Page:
Speaking on Thursday evening at a seminar on the revision of the electoral legislation, organised by the Centre for Democracy and Development Studies (CEDE), Alfredo Gamito, chairperson of the parliamentary Commission on Public Administration, said that the Frelimo Political Commission had taken this position against the wishes of the Frelimo parliamentary group.
The Frelimo group had stuck with the existing composition of the CNE – which is 13 members, five appointed by the political parties represented in parliament in proportion to the number of seats they hold (which means three appointed by Frelimo and two by the main opposition party, Renamo), and eight from civil society organisations.
Gamito said the Frelimo parliamentarians believed the existing system for appointing the CNE should be “consolidated”. However, the Political Commission has now accepted the view of most national and international observer groups that the CNE should be small and depoliticized.
The party leadership, Gamito said, had stressed the need for “professionalism” at the CNE. It had not specified any particular way of appointing the CNE – merely that it should consist of seven members, none of whom should not be appointed by political parties.
This would also mean removing the political parties from the provincial and district elections commissions – if these bodies continue to exist. The Frelimo parliamentary group had wanted to continue the current system, in which these commissions have 11 members, three from Frelimo, two from Renamo and six from civil society.
Gamito openly admitted that this was solely to accommodate Renamo. With smaller commissions, the mathematics would only give Renamo one member. There are also certain privileges that go with Commission membership – official cars in the case of the provincial commissions, and motorcycles for the district commissions.
This is not the first time Frelimo has proposed to remove the political parties from the CNE. This was Frelimo’s position in early 2006, on the ad-hoc committee that was drafting new legislation then. Renamo rejected the proposal out of hand, and Frelimo retreated to the current model.
While Frelimo is prepared to depoliticize the CNE, Renamo is not. Renamo’s initial position was for a CNE of 21 members, five appointed by Frelimo, five by Renamo, five by the Mozambique Democratic Movement (MDM), three by extra-parliamentary parties, and three by civil society. Political parties would thus appoint 86 per cent of the CNE.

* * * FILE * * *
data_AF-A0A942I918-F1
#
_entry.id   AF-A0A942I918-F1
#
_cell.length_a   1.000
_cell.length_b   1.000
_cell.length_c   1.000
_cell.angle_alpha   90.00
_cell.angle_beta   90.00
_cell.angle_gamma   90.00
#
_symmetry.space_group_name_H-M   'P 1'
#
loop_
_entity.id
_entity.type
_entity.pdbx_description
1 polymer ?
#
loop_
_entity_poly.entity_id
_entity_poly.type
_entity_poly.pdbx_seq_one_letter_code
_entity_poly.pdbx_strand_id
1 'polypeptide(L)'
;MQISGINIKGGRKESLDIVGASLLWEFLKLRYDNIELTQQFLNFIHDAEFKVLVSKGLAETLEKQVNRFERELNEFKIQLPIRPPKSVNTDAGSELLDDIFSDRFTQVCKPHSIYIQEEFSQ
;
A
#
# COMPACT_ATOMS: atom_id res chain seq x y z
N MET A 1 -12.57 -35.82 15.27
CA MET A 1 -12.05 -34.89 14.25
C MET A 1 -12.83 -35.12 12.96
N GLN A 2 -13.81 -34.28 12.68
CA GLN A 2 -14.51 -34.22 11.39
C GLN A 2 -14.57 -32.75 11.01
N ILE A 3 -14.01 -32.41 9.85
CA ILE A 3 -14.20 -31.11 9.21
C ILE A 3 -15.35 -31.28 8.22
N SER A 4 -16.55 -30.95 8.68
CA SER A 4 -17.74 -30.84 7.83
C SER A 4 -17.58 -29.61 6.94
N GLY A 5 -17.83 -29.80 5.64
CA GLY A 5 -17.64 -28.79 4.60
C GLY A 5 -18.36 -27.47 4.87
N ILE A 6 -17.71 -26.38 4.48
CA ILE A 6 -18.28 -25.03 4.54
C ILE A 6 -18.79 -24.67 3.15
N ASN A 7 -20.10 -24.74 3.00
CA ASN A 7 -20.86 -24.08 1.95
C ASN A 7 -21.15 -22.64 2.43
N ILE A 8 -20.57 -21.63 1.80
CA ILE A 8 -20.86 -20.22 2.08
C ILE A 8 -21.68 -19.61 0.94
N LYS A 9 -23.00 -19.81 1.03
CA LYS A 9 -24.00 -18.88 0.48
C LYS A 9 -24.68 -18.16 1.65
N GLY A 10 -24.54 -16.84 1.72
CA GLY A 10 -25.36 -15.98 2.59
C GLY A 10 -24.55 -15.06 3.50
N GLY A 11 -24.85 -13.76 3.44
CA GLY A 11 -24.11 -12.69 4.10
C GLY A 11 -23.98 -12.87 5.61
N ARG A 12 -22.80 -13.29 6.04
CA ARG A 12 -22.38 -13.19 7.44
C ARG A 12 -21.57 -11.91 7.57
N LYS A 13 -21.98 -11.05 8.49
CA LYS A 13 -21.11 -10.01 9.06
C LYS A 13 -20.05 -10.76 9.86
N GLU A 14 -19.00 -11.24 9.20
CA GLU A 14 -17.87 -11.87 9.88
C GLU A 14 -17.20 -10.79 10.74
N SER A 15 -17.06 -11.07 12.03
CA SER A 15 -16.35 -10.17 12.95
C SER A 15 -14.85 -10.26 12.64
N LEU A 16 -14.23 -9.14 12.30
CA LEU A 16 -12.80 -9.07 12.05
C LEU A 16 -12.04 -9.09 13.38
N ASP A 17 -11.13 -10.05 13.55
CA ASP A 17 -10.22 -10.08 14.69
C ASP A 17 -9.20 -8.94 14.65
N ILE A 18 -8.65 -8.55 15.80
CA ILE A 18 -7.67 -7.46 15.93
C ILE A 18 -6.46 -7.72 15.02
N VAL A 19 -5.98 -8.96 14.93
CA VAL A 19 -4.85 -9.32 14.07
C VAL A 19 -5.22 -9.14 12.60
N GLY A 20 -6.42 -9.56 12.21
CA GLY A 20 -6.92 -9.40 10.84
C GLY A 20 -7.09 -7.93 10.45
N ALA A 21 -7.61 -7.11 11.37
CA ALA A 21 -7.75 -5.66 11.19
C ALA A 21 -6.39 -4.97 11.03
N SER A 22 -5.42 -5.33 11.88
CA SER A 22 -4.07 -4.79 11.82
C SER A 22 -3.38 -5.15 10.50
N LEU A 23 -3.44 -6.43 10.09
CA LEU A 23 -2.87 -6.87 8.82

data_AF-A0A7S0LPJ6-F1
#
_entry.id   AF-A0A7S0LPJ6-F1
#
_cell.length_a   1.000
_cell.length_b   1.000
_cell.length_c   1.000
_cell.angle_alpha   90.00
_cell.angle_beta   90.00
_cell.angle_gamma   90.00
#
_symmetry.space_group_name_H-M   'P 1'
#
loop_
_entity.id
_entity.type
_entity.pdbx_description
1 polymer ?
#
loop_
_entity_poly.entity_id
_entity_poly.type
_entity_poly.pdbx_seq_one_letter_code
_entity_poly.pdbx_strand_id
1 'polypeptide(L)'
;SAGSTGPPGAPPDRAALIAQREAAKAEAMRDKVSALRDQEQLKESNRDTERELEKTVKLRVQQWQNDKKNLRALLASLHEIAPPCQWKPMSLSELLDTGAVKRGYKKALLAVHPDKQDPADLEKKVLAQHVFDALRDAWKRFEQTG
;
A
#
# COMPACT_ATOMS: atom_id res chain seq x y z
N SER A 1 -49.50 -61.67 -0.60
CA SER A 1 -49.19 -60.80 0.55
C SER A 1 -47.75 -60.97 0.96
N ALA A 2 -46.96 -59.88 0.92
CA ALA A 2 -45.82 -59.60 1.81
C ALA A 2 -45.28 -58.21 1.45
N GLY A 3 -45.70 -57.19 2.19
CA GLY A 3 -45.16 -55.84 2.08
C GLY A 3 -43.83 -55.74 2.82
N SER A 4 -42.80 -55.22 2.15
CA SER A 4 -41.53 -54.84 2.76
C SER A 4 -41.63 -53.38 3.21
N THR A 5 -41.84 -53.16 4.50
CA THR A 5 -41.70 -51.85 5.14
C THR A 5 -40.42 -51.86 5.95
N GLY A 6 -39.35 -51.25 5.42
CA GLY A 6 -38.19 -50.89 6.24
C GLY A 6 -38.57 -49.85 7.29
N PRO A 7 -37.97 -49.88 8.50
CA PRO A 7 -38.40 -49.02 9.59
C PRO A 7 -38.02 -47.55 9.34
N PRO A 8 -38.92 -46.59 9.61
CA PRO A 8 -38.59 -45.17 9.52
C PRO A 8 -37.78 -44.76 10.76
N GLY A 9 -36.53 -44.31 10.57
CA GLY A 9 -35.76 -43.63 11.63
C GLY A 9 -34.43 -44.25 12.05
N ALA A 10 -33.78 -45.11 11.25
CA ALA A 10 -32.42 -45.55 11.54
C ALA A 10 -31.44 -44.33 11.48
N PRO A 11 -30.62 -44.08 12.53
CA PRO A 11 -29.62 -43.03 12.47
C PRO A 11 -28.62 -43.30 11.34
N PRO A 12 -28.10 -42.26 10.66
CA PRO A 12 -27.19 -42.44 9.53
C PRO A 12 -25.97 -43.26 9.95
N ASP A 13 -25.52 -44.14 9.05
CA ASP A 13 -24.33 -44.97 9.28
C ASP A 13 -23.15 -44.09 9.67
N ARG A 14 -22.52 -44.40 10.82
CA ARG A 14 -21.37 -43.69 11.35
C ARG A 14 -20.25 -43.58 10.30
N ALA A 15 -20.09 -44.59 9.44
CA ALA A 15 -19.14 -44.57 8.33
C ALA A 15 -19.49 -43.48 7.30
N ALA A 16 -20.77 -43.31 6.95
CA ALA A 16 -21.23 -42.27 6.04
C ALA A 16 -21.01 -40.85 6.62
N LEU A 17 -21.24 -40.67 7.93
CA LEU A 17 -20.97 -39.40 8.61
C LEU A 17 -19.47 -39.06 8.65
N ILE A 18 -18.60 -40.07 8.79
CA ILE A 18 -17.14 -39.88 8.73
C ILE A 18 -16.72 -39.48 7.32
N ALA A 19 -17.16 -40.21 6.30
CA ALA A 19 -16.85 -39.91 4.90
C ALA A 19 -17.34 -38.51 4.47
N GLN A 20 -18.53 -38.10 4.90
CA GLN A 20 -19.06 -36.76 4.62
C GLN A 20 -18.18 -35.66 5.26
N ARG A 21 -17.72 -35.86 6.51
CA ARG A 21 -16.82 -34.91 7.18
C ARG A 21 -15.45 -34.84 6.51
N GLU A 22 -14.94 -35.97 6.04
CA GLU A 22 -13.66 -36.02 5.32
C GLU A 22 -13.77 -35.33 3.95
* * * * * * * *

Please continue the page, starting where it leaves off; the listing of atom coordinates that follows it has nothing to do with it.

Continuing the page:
Gamito said that in discussions earlier this year between the Frelimo, Renamo and MDM parliamentary leaderships, Renamo’s only concession was to accept a somewhat smaller CNE. First it proposed 17 members, then 15 and suggested that “maybe” 13 might be acceptable.
But Renamo insisted not only on the political parties dominating the CNE but on what it calls “parity”. Its proposed 15 member commission would have four members appointed by Frelimo, four by Renamo, four by the MDM, and three by civil society (including the chairperson).
AS for the MDM, it too wants a seven member CNE – but unlike Frelimo, it wants the majority to come from political parties (one each from Frelimo, Renamo, the MDM and the extra-parliamentary parties).
After a series of national and regional seminars, CEDE too has proposed a seven member, non-political CNE. It suggests that the chairperson of the CNE should be a Supreme Court judge chosen by the Higher Council of the Judicial Magistrature (CSMJ), the regulatory body for judges.
The other six members, CEDE proposes, “should be chosen from among a group of candidates proposed by a platform of civil society organisations, without the intervention of the political parties”.
Alternatively, people wishing to be on the CNE could submit individual applications to a panel of “suitable personalities” indicated by parliament. That panel would make the final choice.
As for the provincial and district election commissions, CEDE recommended that before deciding on the size of these bodies, their tasks and nature should be clearly defined. Some voices argue that these commissions are superfluous, since they do nothing that cannot be done by the local branches of the executive body, the Electoral Administration Technical Secretariat (STAE).Post published in: Africa News